The G Factor: The Science of Mental Ability

By Arthur R. Jensen | Go to book overview

tion-processing capacity cause positive correlations among all of the modular functions on which there is normal variation and which account for the existence of g.


NOTES
1.
Much of the recent literature on sex differences is unfortunately indexed and catalogued under the heading of gender differences, which is clearly inappropriate terminology for the topic of sex differences, as will be readily perceived by anyone who looks up the meaning of gender in an unabridged dictionary. A sex difference is any statistically significant difference in a characteristic between groups of individuals who posses the XY (male) and those who possess the XX (female) chromosome pairs.
2.
Some key references on sex differences in mental abilities: (a) Brody, 1992, pp. 317-328; (b) Feingold, 1993, (c) Halpern, 1992; (d) Hedges & Nowell, 1995; (e) Hyde, 1981; (f) Jensen, 1980a, Chapter 13; (g) Kimura & Hampson, 1993; (h) Maccoby & Jacklin , 1974; (i) Mackintosh, 1996; (j) Stumpf, 1995.
3.
Lohman ( 1988) article on the nature of spatial abilities is the best treatment I have found of this topic.
4.
Lubinski & Humphreys, 1990, Table 3.
5.
Nyborg, 1984; Halpern, 1992, pp. 110-135; Kimura & Hampson, 1993; Feingold, 1996.
6.
McKeever, 1995; Geary, 1995.
7.
(a) Benbow, 1988; (b) Geary, 1996; (c) Lubinski & Humphreys, 1990. The references and peer commentaries for these key articles provide a fairly comprehensive bibliography of the modern research on sex differences in mathematical ability.
8.
Feingold ( 1994) reviewed cross-national and cross-cultural differences in the variability of males and females on cognitive tests, concluding, "Cross-cultural comparisons . . . revealed large fluctuations in sex differences [in variability] across samples from diverse countries, suggesting that cultural factors are implicated in the results found in American samples" (p. 81).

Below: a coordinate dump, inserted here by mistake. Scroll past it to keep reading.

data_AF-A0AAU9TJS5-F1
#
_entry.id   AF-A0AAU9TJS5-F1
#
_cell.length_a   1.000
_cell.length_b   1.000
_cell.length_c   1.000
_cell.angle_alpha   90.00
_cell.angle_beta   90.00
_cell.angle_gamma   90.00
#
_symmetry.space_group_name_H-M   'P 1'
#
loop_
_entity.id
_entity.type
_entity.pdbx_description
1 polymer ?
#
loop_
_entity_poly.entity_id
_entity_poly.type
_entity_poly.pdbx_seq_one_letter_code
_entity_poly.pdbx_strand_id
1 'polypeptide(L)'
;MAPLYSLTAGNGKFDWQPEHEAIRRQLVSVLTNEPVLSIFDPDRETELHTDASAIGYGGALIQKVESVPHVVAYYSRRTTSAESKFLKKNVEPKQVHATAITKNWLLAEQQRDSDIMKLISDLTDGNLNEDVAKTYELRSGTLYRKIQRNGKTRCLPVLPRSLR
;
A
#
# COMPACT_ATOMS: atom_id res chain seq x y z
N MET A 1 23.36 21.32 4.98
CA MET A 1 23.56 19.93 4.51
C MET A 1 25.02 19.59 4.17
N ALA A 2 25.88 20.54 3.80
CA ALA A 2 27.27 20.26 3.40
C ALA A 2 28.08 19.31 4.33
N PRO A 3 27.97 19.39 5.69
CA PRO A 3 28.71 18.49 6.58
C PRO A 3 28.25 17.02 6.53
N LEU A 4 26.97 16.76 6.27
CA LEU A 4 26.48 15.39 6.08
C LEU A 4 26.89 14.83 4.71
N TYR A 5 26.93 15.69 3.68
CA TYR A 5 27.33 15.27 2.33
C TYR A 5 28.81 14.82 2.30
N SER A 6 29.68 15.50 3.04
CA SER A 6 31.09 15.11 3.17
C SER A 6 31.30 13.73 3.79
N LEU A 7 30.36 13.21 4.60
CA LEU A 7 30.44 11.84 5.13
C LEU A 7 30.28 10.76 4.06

9.
The point-biserial correlation (rpbs) is simply a Pearson product-moment correlation that expresses the relationship between a metric variable (e.g., test scores) and a dichotomous variable (in this case sex, quantitized as male = 1, female = 0). As the value of rpbs is reduced by the amount of inequality in the sample sizes of males and females, it was corrected for this inequality where such an inequality in Ns exists. Also, as rpbs is reduced by an inequality of male and female standard deviations in test scores, the rpbs was adjusted accordingly. Adjustments for the inequality of Ns and SDs are accomplished simultaneously by use of the following formula for rpbs:

,

where d is the mean difference (males - females) divided by the averaged male and female standard deviations (σ), calculated as

.

Including the sex rpbs for each of the subtests in the correlation matrix to be factor analyzed had no effect on the factor structure and only a negligible effect on the subtests' g loadings (congruence coefficients for all batteries are .999) when the factor analyses that include rpbs in the correlation matrix were compared with the analyses that excluded rpbs from the matrix. Therefore, it was not necessary to perform a Dwyer ( 1937) extension analysis (a mathematical maneuver that would be used in this case to isolate the sex

-542-

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